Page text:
In a development that would make Pasteur, the father of biogenesis (as well as his method for halting it, pasteurization) roll in his grave, brewers, especially in the United States, have embraced the time-honored Belgian art of deliberately infecting beer with the same “wild” bugs that generations of their predecessors so painstakingly eradicated. The result: pleasingly sour, food-friendly beer, mysteriously complex and engaging.If you're looking for some of this funky sour beer:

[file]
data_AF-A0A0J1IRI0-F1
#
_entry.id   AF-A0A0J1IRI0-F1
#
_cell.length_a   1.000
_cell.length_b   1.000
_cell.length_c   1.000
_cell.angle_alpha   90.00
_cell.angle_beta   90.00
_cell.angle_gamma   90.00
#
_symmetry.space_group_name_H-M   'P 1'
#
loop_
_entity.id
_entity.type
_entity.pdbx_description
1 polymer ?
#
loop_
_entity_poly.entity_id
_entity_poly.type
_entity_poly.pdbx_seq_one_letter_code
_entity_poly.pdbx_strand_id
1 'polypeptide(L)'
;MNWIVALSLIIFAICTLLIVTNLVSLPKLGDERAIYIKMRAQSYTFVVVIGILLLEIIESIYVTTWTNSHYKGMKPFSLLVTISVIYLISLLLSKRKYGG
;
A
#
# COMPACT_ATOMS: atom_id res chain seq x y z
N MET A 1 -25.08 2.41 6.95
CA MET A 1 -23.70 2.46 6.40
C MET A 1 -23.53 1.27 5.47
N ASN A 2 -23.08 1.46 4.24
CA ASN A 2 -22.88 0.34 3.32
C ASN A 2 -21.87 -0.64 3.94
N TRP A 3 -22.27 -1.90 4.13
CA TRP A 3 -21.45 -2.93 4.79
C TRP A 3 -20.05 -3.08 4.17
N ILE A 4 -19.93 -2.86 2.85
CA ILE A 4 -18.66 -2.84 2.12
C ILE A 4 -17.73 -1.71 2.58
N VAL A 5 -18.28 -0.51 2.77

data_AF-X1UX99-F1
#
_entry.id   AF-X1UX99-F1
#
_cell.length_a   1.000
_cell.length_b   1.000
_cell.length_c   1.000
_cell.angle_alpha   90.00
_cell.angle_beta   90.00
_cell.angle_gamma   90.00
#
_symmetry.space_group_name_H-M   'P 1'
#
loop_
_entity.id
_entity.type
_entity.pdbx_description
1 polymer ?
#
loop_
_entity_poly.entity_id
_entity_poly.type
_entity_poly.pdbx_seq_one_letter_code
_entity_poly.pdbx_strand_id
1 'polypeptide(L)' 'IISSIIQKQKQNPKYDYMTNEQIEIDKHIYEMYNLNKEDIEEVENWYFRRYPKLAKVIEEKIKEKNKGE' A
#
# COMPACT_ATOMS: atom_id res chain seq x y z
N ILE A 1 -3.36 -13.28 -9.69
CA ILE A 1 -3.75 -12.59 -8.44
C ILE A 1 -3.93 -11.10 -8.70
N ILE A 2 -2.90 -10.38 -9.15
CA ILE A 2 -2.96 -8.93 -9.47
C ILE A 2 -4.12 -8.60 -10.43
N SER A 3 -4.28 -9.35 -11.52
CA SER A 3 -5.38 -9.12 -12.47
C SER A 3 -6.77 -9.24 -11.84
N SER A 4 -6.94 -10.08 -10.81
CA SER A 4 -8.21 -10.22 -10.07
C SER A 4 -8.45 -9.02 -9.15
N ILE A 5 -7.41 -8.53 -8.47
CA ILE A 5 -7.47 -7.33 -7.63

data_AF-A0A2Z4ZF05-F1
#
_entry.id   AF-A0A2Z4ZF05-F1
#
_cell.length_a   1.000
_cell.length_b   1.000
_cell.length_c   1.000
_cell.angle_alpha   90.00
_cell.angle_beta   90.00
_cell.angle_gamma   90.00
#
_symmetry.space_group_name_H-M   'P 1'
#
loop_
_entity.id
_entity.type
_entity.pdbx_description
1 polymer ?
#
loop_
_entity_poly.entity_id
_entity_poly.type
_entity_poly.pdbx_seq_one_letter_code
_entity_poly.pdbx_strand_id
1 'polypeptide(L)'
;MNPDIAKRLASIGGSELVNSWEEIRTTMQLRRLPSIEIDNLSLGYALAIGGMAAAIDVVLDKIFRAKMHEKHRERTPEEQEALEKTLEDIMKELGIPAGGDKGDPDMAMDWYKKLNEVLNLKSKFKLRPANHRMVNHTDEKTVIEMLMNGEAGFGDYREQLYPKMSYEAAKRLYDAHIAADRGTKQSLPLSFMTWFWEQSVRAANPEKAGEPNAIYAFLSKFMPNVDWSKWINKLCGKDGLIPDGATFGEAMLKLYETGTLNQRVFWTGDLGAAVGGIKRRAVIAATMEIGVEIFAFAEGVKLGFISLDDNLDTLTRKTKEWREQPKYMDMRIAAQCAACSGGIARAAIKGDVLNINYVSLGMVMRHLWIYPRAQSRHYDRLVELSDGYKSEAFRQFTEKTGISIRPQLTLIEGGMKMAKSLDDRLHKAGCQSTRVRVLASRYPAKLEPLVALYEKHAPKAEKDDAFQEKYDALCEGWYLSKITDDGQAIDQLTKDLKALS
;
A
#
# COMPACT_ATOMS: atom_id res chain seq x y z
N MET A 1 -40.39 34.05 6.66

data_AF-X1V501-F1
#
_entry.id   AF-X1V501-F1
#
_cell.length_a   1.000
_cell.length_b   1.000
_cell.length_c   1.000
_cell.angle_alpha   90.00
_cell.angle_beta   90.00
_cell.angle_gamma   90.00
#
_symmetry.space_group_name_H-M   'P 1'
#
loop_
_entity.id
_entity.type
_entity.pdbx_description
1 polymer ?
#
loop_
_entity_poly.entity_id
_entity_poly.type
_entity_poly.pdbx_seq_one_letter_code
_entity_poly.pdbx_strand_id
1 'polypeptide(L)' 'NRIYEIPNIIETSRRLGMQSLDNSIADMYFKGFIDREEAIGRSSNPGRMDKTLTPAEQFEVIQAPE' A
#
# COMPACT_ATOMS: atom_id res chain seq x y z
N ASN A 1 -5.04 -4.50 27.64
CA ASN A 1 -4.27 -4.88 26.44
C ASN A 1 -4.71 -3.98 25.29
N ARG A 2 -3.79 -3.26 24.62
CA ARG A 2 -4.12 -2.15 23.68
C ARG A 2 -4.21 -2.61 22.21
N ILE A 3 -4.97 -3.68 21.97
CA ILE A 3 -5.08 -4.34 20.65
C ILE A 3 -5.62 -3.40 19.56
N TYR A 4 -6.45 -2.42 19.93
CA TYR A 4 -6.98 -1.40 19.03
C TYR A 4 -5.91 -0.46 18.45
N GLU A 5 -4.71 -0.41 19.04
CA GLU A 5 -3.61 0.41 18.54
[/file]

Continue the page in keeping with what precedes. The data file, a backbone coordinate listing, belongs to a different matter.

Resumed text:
[A] motley crew of American rebels is pursuing the art of sour beer. There’s Ron Jeffries, formerly known as “Captain Spooky,” of Michigan’s Jolly Pumpkin, credited with brewing some of the first good, all-wood-fermented American sours in the early two-thousands. California’s Lost Abbey, of San Marcos, and Russian River, of Santa Rosa, have ascended to cult status. Chad Yakobson, founder of the surging Crooked Stave brand in Denver, began his career with a masters on Brettanomyces. Even MillerCoors, through its AC Golden unit, is overseeing a wood-aging program under the watchful eye of an ambitious young brewer, Troy Casey. And in the Oregon wilderness, outside Bend, the brewer Paul Arney, formerly the R. & D. chief of the fifth-largest brewery in the country, Deschutes, has gone off the grid, too, fermenting some of his sour Ale Apothecary line in hollowed-out spruce trees resembling dugout canoes.